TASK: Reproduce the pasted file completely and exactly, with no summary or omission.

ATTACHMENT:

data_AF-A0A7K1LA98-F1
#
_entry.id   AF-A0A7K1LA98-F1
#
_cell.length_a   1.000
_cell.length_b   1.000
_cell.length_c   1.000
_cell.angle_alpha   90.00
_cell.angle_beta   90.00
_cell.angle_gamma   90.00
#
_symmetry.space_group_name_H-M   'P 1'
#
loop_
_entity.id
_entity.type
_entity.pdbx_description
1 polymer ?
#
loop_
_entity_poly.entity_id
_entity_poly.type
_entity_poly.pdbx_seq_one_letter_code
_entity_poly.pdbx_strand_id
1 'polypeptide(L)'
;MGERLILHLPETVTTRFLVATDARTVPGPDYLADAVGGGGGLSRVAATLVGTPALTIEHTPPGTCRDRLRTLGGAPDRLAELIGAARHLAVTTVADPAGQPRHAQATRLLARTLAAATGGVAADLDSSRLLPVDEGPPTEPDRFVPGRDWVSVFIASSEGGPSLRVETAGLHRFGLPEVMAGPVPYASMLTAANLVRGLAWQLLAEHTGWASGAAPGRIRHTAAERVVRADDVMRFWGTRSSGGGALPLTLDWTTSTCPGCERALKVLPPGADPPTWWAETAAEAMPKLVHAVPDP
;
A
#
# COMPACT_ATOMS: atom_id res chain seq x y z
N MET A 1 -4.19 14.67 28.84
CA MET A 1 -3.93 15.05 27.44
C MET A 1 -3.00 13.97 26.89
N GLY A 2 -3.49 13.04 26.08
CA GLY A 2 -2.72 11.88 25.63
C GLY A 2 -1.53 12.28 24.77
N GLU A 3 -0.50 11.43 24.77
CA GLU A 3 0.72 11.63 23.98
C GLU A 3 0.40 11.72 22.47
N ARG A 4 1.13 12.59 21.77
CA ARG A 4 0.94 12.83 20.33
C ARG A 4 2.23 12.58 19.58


data_AF-A0A7K1LA98-F1
#
_entry.id   AF-A0A7K1LA98-F1
#
_cell.length_a   1.000
_cell.length_b   1.000
_cell.length_c   1.000
_cell.angle_alpha   90.00
_cell.angle_beta   90.00
_cell.angle_gamma   90.00
#
_symmetry.space_group_name_H-M   'P 1'
#
loop_
_entity.id
_entity.type
_entity.pdbx_description
1 polymer ?
#
loop_
_entity_poly.entity_id
_entity_poly.type
_entity_poly.pdbx_seq_one_letter_code
_entity_poly.pdbx_strand_id
1 'polypeptide(L)'
;MGERLILHLPETVTTRFLVATDARTVPGPDYLADAVGGGGGLSRVAATLVGTPALTIEHTPPGTCRDRLRTLGGAPDRLAELIGAARHLAVTTVADPAGQPRHAQATRLLARTLAAATGGVAADLDSSRLLPVDEGPPTEPDRFVPGRDWVSVFIASSEGGPSLRVETAGLHRFGLPEVMAGPVPYASMLTAANLVRGLAWQLLAEHTGWASGAAPGRIRHTAAERVVRADDVMRFWGTRSSGGGALPLTLDWTTSTCPGCERALKVLPPGADPPTWWAETAAEAMPKLVHAVPDP
;
A
#
# COMPACT_ATOMS: atom_id res chain seq x y z
N MET A 1 -4.19 14.67 28.84
CA MET A 1 -3.93 15.05 27.44
C MET A 1 -3.00 13.97 26.89
N GLY A 2 -3.49 13.04 26.08
CA GLY A 2 -2.72 11.88 25.63
C GLY A 2 -1.53 12.28 24.77
N GLU A 3 -0.50 11.43 24.77
CA GLU A 3 0.72 11.63 23.98
C GLU A 3 0.40 11.72 22.47
N ARG A 4 1.13 12.59 21.77
CA ARG A 4 0.94 12.83 20.33
C ARG A 4 2.23 12.58 19.58